B. Any limitation stated in Title 24-A, chapter 13-A on the investment powers of a mutual domestic insurer expressed in relation to the "surplus" of that insurer must be applied to a corporation subject to this chapter in relation to that corporation's subscriber reserves. [1993, c. 702, Pt. A, §1 (NEW).]
C. Notwithstanding the limitation stated in Title 24-A, section 1156, subsection 2, paragraph D, a hospital or medical service corporation may invest in real property or interests in real property that is located in the United States, held directly or evidenced by partnership interests, stock of corporations, trust certificates or other instruments and acquired:
(1) As an investment for the production of income or to be improved or developed for that investment purpose; or
(2) For the convenient accommodation of the corporation's business.
After giving effect to any of those investments, the aggregate amount of investments made under subparagraph (1) may not exceed 20% of the hospital or medical service corporation's total admitted assets; the aggregate amount of investments made under subparagraph (2) may not exceed 15% of the corporation's total admitted assets; and the aggregate amount of investments made under this paragraph may not exceed 25% of the corporation's total admitted assets. Investments under subparagraph (1) in any single property, including improvements on that property, may not in the aggregate exceed 2% of the corporation's total admitted assets. [1993, c. 702, Pt. A, §1 (NEW).]
D. In addition to the investments permitted under paragraph C, a hospital or medical service corporation that operates and establishes, maintains, merges with or organizes a health maintenance organization not organized as a separate legal entity may invest in real estate, including leasehold estates, for the convenient accommodation of the health maintenance organization's business, including hospitals, medical clinics, medical professional buildings and any other facility that is to be used by a provider in the provision of health care or by any other health care provider under contract with the health maintenance organization, and that facility must be used in the provision of health care services to members of the health maintenance organization by that provider.
(1) A parcel of real estate acquired under this subsection may include excess space for rent to others if it is reasonably anticipated that that excess will be required for expansion or if the excess is reasonably required in order to have one or more buildings that function as an economic unit.
(2) Real estate subject to this subsection may be subject to a mortgage.
(3) The admitted value of the investment may not exceed the greater of the hospital or medical service corporation's subscriber reserve or 20% of the corporation's admitted assets, and the aggregate investment in real estate held under paragraph C and under this paragraph may not exceed 40% of the corporation's admitted assets, except with the approval of the superintendent if the superintendent finds that those percentages of the corporation's admitted assets are insufficient to provide for the convenient accommodation of the health maintenance organization's business. Investments in any single property, including improvements on that property, may not in the aggregate exceed 5% of the corporation's total admitted assets. [1993, c. 702, Pt. A, §1 (NEW).]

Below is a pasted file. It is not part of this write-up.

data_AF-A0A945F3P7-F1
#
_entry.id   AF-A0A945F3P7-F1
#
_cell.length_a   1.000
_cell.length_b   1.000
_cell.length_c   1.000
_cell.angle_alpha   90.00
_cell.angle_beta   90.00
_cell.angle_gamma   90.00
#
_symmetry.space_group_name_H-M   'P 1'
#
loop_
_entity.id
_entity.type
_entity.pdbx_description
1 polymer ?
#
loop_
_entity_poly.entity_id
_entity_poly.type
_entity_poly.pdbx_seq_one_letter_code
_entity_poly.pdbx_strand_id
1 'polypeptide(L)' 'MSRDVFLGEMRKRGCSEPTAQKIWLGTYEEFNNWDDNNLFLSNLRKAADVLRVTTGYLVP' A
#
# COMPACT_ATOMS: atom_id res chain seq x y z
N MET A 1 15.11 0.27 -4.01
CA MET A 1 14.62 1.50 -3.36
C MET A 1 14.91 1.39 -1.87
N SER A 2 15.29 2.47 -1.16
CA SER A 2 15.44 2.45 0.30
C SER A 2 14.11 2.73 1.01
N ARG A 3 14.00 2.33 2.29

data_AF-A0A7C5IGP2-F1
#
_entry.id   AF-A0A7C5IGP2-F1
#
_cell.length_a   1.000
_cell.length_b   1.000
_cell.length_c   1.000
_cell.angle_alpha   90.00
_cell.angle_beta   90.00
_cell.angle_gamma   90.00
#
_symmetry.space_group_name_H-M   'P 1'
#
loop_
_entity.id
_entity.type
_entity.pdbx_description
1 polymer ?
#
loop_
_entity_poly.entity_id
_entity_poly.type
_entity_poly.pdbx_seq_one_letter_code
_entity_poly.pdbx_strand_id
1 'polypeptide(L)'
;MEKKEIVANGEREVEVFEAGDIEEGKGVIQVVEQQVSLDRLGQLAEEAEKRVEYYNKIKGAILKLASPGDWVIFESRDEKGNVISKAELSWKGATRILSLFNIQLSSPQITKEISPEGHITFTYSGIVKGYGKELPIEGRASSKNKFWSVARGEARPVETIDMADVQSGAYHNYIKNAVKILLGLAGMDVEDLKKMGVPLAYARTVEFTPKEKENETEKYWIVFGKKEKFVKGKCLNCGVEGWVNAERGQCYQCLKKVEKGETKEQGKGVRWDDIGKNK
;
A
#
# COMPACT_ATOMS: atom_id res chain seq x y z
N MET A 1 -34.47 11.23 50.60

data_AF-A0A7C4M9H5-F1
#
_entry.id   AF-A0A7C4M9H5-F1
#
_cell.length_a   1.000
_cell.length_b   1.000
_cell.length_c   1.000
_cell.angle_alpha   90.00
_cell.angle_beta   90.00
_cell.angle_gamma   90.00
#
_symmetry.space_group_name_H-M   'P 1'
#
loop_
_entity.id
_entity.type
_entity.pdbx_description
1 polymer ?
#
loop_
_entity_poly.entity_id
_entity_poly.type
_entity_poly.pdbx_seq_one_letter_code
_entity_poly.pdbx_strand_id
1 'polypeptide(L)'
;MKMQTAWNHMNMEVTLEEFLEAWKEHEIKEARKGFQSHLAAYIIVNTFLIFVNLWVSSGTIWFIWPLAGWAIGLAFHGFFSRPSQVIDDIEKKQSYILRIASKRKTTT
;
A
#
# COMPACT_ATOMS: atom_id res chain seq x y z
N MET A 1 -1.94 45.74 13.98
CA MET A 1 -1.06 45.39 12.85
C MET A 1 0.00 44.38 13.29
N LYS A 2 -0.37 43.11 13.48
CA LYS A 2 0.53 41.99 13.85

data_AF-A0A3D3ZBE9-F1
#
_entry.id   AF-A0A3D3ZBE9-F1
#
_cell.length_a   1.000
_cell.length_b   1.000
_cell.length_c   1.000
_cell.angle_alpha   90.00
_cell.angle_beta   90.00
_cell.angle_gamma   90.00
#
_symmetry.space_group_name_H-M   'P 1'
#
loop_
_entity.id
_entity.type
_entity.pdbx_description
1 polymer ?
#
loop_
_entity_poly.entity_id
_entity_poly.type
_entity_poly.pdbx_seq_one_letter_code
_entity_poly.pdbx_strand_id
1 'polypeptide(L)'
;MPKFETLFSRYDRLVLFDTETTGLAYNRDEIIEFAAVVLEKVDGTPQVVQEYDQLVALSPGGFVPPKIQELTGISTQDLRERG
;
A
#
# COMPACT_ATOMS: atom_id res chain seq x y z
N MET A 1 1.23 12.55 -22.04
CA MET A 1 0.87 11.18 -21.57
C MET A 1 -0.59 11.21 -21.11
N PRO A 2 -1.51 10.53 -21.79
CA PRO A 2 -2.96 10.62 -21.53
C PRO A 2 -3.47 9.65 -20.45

E. Notwithstanding any provisions of this section and Title 24-A, chapter 13-A allowing other investments, a corporation subject to this chapter shall maintain cash or investment grade obligations, as defined in Title 24-A, section 1151-A, that at all times have a fair market value of not less than 100% of the corporation's liability for claims payable, incurred, but not reported, claims payable, unpaid claims adjustment expenses, unearned premiums and, as applicable, any statutory, special or additional reserves provided by the corporation for the benefit of subscribers as of the close of the corporation's most recent calendar quarter prepared on the basis of statutory accounting principles. If the corporation's liability for these enumerated items increases more than 10% prior to the end of the calendar quarter, the corporation must, within 10 days of the determination, reallocate its investments to ensure compliance with this paragraph. [1999, c. 715, §1 (AMD).]
F. The superintendent may establish risk-based capital standards applicable to corporations subject to this chapter, their subsidiaries and controlled affiliates that engage in health care related business activities that the parent corporation conducts. [1993, c. 702, Pt. A, §1 (NEW).]
G. A director, officer or employee of a corporation subject to this chapter who receives, collects, disburses or invests funds in connection with the activities of that organization is responsible for those funds in a fiduciary relationship to the corporation. [1993, c. 702, Pt. A, §1 (NEW).]
H. For corporations subject to this subsection, the following terms have the following meanings.
(1) "Admitted assets" means those assets owned by the corporation, recognized pursuant to Title 24-A, section 901-A, reduced in amount by any applicable provision of this Title or Title 24-A. For purposes of applying the investment limitations of Title 24-A, chapter 13-A, the asset value must be that contained in the annual statement of the corporation as of December 31st of the year next preceding the making of the investment or contained in an audited financial report, as defined in Title 24-A, section 221-A, of more current origin prepared on the basis of statutory accounting principles.